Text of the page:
Packaging and Storage

Once the products pass quality control, they’re packaged, labeled, and stored in your warehouse as part of your finished goods inventory. This step gets your products ready for the final phase.

Order Management and Fulfillment

When a customer places an order—from your website, an eCommerce marketplace, by mail, by fax, or by speaking with one of your representatives—the orders are consolidated in your inventory and order management system, and the inventory quantity is updated.

The finished product is quickly pulled from inventory and shipped out. This is where the Assembly or “Made to Stock” method shines – having products ready to go means you can meet customer demand without delay.

By following these steps, small manufacturers can efficiently manage their production processes and ensure they’re always ready to fulfill customer orders promptly. 

Examples of Product Assembly

Electronics Assembly

  • Handcrafted Gadgets: Suppose you specialize in handcrafted gadgets, such as custom-built radios or small home automation devices. You’d gather components like circuit boards, casings, and buttons and then assemble them into the final product.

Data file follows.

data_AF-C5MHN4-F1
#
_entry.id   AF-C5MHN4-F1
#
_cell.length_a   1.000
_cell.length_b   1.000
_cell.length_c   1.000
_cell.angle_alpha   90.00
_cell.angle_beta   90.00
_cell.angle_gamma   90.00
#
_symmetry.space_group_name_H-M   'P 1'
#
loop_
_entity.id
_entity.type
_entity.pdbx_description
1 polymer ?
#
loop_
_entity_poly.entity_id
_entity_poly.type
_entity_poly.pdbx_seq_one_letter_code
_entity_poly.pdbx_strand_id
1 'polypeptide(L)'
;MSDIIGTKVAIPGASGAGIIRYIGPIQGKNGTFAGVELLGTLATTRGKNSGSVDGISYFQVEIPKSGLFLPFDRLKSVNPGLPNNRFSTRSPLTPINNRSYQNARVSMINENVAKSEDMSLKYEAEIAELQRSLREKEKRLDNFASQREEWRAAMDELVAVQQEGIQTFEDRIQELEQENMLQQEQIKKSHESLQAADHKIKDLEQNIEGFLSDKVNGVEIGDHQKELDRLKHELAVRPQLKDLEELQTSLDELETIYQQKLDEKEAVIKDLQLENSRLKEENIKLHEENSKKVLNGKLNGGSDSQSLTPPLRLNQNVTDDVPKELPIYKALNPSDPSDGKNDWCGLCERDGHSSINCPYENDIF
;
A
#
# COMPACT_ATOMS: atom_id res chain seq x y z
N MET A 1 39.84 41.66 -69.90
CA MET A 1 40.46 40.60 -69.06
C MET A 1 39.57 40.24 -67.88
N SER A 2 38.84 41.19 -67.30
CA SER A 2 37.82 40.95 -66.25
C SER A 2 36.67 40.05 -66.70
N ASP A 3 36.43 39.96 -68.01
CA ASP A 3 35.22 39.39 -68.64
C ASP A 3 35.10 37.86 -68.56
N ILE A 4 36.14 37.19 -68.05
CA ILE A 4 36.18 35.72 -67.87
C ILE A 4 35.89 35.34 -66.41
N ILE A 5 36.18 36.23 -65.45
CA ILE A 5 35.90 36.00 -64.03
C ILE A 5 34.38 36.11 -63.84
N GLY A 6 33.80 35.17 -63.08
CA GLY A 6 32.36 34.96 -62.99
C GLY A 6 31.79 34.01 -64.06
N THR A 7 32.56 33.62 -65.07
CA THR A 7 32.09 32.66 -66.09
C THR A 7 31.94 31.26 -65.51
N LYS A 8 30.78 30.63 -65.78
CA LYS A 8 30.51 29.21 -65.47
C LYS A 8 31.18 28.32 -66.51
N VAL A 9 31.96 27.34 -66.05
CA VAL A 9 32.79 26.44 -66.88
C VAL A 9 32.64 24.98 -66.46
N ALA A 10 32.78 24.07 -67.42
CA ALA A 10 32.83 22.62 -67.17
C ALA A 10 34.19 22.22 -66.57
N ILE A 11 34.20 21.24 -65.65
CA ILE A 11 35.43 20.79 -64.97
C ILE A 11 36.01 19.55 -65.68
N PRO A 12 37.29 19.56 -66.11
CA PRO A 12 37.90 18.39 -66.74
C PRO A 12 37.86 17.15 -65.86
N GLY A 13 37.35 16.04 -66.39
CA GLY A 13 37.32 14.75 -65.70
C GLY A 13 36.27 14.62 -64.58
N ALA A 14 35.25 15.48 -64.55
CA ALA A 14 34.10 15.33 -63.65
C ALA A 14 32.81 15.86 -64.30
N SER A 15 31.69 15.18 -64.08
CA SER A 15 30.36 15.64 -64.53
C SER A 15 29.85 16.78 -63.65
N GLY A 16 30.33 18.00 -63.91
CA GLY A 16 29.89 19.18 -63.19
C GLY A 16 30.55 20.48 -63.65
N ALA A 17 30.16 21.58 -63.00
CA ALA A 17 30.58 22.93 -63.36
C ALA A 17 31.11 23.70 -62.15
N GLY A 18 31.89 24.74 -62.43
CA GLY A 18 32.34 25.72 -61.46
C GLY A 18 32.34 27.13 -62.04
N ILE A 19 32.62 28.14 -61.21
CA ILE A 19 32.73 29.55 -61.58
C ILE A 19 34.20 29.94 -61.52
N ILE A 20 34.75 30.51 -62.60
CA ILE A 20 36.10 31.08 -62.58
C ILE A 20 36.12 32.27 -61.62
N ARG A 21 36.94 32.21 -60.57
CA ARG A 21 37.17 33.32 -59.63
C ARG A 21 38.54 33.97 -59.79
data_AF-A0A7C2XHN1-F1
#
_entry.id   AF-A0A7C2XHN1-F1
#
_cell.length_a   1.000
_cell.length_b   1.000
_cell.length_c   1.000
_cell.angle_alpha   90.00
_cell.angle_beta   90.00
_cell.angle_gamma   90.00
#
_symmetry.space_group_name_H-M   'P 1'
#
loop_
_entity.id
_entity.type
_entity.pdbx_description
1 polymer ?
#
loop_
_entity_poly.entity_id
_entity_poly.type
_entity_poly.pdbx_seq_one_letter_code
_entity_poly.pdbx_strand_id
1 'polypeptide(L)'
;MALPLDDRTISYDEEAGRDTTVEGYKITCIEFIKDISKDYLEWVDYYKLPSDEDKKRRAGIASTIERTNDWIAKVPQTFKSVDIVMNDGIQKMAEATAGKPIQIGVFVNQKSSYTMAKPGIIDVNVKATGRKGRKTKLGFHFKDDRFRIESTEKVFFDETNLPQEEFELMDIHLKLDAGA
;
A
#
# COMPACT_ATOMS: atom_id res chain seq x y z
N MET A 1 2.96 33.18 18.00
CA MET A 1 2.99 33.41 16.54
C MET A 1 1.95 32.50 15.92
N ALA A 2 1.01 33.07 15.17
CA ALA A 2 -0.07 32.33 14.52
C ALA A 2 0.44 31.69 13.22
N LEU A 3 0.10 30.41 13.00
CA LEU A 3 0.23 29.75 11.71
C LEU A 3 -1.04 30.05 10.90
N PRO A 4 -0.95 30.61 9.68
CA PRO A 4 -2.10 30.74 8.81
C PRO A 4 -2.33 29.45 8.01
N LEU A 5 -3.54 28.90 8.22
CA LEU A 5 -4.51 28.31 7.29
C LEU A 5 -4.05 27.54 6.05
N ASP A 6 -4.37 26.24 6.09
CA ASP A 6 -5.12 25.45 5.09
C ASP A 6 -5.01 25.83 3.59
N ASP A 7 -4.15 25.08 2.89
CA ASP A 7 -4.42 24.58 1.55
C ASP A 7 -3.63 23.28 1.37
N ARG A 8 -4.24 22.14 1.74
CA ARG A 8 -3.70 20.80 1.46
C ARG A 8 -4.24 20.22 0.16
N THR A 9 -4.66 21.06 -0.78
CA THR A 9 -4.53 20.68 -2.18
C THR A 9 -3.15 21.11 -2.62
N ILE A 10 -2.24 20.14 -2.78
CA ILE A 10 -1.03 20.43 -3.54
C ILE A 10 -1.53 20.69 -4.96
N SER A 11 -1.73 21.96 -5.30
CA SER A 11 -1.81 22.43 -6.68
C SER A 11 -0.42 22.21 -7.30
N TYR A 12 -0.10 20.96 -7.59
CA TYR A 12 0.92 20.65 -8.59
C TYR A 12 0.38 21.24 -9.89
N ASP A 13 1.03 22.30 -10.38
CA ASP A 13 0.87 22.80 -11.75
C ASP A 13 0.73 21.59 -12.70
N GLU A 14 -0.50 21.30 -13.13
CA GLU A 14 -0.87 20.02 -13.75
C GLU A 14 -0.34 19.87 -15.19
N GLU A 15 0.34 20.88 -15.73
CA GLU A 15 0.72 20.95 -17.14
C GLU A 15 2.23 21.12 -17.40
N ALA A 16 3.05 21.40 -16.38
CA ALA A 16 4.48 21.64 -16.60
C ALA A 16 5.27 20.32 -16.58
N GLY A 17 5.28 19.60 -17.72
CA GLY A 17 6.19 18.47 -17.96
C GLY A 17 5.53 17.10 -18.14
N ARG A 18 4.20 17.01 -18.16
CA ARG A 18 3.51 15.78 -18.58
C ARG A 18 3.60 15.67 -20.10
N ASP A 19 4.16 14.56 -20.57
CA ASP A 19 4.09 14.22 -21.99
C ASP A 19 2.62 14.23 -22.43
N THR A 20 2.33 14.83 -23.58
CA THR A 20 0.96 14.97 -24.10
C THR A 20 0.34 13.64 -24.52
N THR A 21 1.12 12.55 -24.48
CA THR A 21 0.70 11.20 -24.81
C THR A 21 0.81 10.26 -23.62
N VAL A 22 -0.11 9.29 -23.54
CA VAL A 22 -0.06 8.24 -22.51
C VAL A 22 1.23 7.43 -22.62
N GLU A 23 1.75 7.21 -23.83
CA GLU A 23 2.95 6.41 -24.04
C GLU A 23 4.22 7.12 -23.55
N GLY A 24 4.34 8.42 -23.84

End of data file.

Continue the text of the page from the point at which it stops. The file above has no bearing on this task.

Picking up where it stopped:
• Lighting: You start with wires, connectors, casings, and lights and put them together to create a functional lighting solution that’s both efficient and stylish. Following assembly, the finished light fixtures are boxed and stored in your warehouse until customers purchase them.

Artisanal Products Assembly

  • Jewelry Making: If you make jewelry, the assembly process might involve combining beads, wires, clasps, and other materials to create beautiful, handmade pieces ready for customers to purchase and enjoy. 
  • Craft Kits: For craft kits, you’d assemble various materials like fabric, thread, needles, and instructions into a neat package that customers can purchase to create their own crafts at home.

Assembly, or Made to Stock, versus Kitting, or Made to Order

There are different approaches to getting products ready for customers in the manufacturing world. As we’ve discussed, “Assembly,” or “Made to Stock,” is one process, while “Kitting,” or “Made to Order,” is also frequently employed. Each has its unique advantages and applications. Let’s break down what these methods entail and how they differ.